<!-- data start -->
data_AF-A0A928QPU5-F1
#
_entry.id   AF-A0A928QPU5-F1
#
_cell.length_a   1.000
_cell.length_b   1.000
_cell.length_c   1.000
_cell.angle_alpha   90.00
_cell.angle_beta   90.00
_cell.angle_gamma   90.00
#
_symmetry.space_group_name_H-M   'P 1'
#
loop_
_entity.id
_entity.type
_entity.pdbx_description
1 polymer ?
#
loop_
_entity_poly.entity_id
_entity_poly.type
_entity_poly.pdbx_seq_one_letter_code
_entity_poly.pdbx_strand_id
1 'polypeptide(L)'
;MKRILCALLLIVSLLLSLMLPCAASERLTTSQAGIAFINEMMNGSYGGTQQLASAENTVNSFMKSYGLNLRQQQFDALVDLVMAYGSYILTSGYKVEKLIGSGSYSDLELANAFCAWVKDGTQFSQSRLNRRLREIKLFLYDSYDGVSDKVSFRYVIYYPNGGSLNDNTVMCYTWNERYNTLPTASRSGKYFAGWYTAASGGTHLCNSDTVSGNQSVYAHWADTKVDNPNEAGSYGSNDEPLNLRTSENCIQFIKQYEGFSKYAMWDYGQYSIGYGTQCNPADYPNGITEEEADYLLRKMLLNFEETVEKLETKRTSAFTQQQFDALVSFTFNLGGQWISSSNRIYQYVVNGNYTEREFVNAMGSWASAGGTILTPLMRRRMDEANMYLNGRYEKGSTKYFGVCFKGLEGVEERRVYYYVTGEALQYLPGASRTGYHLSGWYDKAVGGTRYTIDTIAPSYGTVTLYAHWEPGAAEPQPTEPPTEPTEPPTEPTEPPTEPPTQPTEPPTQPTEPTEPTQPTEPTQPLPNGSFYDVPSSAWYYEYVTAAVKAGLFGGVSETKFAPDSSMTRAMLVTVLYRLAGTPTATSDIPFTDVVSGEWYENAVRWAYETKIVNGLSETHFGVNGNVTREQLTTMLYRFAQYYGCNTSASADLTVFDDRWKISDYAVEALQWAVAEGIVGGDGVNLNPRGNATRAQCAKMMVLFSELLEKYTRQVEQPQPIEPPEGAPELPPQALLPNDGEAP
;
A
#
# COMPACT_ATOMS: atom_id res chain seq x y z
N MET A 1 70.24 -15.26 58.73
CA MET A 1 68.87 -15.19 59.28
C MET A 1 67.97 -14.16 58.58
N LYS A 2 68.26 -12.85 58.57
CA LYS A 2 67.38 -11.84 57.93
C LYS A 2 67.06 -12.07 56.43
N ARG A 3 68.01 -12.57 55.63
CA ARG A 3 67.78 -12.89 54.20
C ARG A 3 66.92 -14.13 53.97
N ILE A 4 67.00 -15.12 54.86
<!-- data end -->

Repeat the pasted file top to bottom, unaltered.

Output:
data_AF-A0A928QPU5-F1
#
_entry.id   AF-A0A928QPU5-F1
#
_cell.length_a   1.000
_cell.length_b   1.000
_cell.length_c   1.000
_cell.angle_alpha   90.00
_cell.angle_beta   90.00
_cell.angle_gamma   90.00
#
_symmetry.space_group_name_H-M   'P 1'
#
loop_
_entity.id
_entity.type
_entity.pdbx_description
1 polymer ?
#
loop_
_entity_poly.entity_id
_entity_poly.type
_entity_poly.pdbx_seq_one_letter_code
_entity_poly.pdbx_strand_id
1 'polypeptide(L)'
;MKRILCALLLIVSLLLSLMLPCAASERLTTSQAGIAFINEMMNGSYGGTQQLASAENTVNSFMKSYGLNLRQQQFDALVDLVMAYGSYILTSGYKVEKLIGSGSYSDLELANAFCAWVKDGTQFSQSRLNRRLREIKLFLYDSYDGVSDKVSFRYVIYYPNGGSLNDNTVMCYTWNERYNTLPTASRSGKYFAGWYTAASGGTHLCNSDTVSGNQSVYAHWADTKVDNPNEAGSYGSNDEPLNLRTSENCIQFIKQYEGFSKYAMWDYGQYSIGYGTQCNPADYPNGITEEEADYLLRKMLLNFEETVEKLETKRTSAFTQQQFDALVSFTFNLGGQWISSSNRIYQYVVNGNYTEREFVNAMGSWASAGGTILTPLMRRRMDEANMYLNGRYEKGSTKYFGVCFKGLEGVEERRVYYYVTGEALQYLPGASRTGYHLSGWYDKAVGGTRYTIDTIAPSYGTVTLYAHWEPGAAEPQPTEPPTEPTEPPTEPTEPPTEPPTQPTEPPTQPTEPTEPTQPTEPTQPLPNGSFYDVPSSAWYYEYVTAAVKAGLFGGVSETKFAPDSSMTRAMLVTVLYRLAGTPTATSDIPFTDVVSGEWYENAVRWAYETKIVNGLSETHFGVNGNVTREQLTTMLYRFAQYYGCNTSASADLTVFDDRWKISDYAVEALQWAVAEGIVGGDGVNLNPRGNATRAQCAKMMVLFSELLEKYTRQVEQPQPIEPPEGAPELPPQALLPNDGEAP
;
A
#
# COMPACT_ATOMS: atom_id res chain seq x y z
N MET A 1 70.24 -15.26 58.73
CA MET A 1 68.87 -15.19 59.28
C MET A 1 67.97 -14.16 58.58
N LYS A 2 68.26 -12.85 58.57
CA LYS A 2 67.38 -11.84 57.93
C LYS A 2 67.06 -12.07 56.43
N ARG A 3 68.01 -12.57 55.63
CA ARG A 3 67.78 -12.89 54.20
C ARG A 3 66.92 -14.13 53.97
N ILE A 4 67.00 -15.12 54.86